Cisco forges tighter SD-WAN links to Microsoft Azure cloud, Office 365

A broadened Cisco-Microsoft partnership promises extending Cisco SD-WAN to the Azure cloud and optimizing and securing connectivity to Office 365.

SD-WAN  >  The concept of a visual transition from hardware cables to software code.
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Cisco and Microsoft this week extended their relationship to make it easier and more efficient for SD-WAN customers to set up and run direct Internet access to enterprise applications such as Office 365 and other Azure Cloud services.

Specifically Cisco said it would integrate its SD-WAN package with Microsoft’s Azure Virtual WAN and Office365.  This amalgamation will let customers extend their WAN to Microsoft Azure Cloud and, in parallel, deliver optimized, secure Office 365 communications, according to Sachin Gupta, senior vice president, product management with Cisco’s Enterprise Networking Business.   

With the package SD-WAN customers will be able to make better determination of which networking path will be the most effective to handle Office 365 and Azure cloud workloads­.

Last year Cisco and Microsoft teamed to enhance Office 365 communications in particular. With that arrangement, Cisco SD-WAN software monitors in real-time all available paths to the Microsoft Office 365 cloud. Using Microsoft Office URLs, Cisco can determine the closest cloud, resulting in up to 40 percent faster performance for customers, Cisco said.

The new agreement is expected to take that enhancement a step further and integrate Cisco SD-WAN more deeply with Microsoft Office 365 to bolster application insights that will enable the package “to manage optimal network paths more effectively and further improve user experience,” Gupta said.

There will be additional details when the package is available in calendar year 2020, he said. Gupta said he expects trials to begin in the first quarter of 2020.

SD-WANs use software to control the connectivity, management and services between data centers and remote branches or cloud instances. Cisco’s SD-WAN software lets customers set up a networking fabric to connect data centers, branches, campuses, and colocation facilities to improve network speed, security, and efficiency, the company says.  

Cisco’s  package includes a menu of security features including support for URL filtering, Cisco Umbrella DNS security, intrusion/detection prevention, the ability to segment users across the WAN and embedded platform security, including the Cisco Trust Anchor module. The software also supports SD-WAN Cloud onRamp for CoLocation, which lets customers tie distributed multicloud applications back to a local branch office or local private data center. That way, a cloud-to-branch link would be shorter, faster and possibly more secure than tying cloud-based applications directly to the data center, Cisco said. 

Microsoft defines its Azure Virtual WAN as a networking service that provides optimized and automated branch connectivity to Azure services. Azure regions serve as hubs that customers can connect branches to, and Azure Virtual WAN brings together many Azure cloud connectivity services such as site-to-site VPN, User VPN (point-to-site), and ExpressRoute into a single operational interface, the company says. Other vendors such as Check Point, Citrix, Cloudgenix, Fortinet, Riverbed Technology, Silver-Peak and Versa also have integration with Azure Virtual WAN services.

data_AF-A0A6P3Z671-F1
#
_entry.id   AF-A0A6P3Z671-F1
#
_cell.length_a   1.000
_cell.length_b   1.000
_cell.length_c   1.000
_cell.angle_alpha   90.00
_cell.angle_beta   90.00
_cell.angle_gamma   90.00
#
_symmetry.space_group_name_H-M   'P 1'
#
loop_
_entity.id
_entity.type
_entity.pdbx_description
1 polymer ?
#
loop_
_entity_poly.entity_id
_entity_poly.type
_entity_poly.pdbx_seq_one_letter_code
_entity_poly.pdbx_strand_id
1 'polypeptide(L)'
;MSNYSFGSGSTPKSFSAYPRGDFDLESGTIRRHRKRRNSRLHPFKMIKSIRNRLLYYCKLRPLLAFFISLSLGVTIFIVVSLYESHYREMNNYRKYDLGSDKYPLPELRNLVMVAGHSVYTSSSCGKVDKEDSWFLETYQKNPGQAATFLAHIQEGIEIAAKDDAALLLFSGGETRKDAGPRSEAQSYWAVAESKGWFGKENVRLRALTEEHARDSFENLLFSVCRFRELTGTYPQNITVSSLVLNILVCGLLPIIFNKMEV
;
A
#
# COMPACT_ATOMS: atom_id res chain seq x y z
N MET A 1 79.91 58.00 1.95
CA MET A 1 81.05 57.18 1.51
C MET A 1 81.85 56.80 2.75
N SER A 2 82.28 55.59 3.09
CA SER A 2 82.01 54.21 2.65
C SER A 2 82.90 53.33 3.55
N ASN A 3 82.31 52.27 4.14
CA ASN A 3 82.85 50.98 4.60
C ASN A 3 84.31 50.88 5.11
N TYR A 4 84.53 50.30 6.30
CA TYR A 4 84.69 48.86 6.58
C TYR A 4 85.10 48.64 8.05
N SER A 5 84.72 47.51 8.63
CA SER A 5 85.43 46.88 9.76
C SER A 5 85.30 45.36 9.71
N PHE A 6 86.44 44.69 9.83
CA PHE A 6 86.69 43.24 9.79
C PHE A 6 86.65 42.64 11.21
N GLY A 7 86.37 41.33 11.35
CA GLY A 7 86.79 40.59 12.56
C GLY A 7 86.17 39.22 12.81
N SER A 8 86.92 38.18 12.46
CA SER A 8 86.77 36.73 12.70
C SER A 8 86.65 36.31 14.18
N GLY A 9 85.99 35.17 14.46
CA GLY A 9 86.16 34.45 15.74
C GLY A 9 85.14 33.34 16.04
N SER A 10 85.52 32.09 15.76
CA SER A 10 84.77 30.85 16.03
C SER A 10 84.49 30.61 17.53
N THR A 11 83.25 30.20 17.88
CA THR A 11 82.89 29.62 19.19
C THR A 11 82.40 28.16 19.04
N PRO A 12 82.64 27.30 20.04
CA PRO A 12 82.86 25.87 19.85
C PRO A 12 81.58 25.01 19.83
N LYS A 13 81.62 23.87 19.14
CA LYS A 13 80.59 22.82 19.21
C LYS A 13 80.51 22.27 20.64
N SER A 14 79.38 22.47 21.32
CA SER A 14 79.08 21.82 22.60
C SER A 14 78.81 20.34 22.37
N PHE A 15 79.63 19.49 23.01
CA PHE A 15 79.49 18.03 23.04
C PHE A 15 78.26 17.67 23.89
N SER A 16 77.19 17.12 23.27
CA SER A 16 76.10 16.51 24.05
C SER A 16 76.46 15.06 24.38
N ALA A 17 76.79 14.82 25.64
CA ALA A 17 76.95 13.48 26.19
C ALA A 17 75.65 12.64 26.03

Cisco and Microsoft have been working for a couple of years tying together Azure and SD-WAN and other Cisco networking technology. 

For example, in September Cisco extended its Application Centric Infrastructure (ACI) technology and its ACI Anywhere technology to Azure to help customers grow and control hybrid, multicloud and SD-WAN environments. 

ACI is Cisco’s flagship software-defined networking (SDN) data-center package, but it also delivers the company’s Intent-Based Networking technology, which brings customers the ability to automatically implement network and policy changes on the fly and ensure data delivery.

ACI Anywhere  gives customers the flexibility to run and control applications anywhere they want across private or public clouds or at the edge while maintaining consistent network and security  policies across their entire domain.

In the Microsoft case, key pieces of ACI Anywhere include the ability to integrate Microsoft Azure clouds and a cloud-only implementation of ACI. Cisco also added Azure Kubernetes Service (AKS) to managed services that natively integrate with the Cisco Container Platform.

With the Azure cloud extension the service uses the Cisco Cloud APIC, which runs natively in Azure public cloud to provide automated connectivity, policy translation and enhanced visibility of workloads in the public cloud, Cisco said.  With new Azure extensions, customers can tap into cloud workloads through ACI integrations with Azure technologies like Azure Monitor, Azure Resource Health and Azure Resource Manager to fine-tune their network operations for speed, flexibility and cost, Cisco stated.

Cisco also works with other cloud vendorsor. For example it has close relationships with Amazon Web Services, Google and IBM, and the agreement with Microsoft is not exclusive, the company said. Will similar packages be available for those cloud offerings?

“Stay tuned,” Gupta said.

Copyright © 2019 IDG Communications, Inc.

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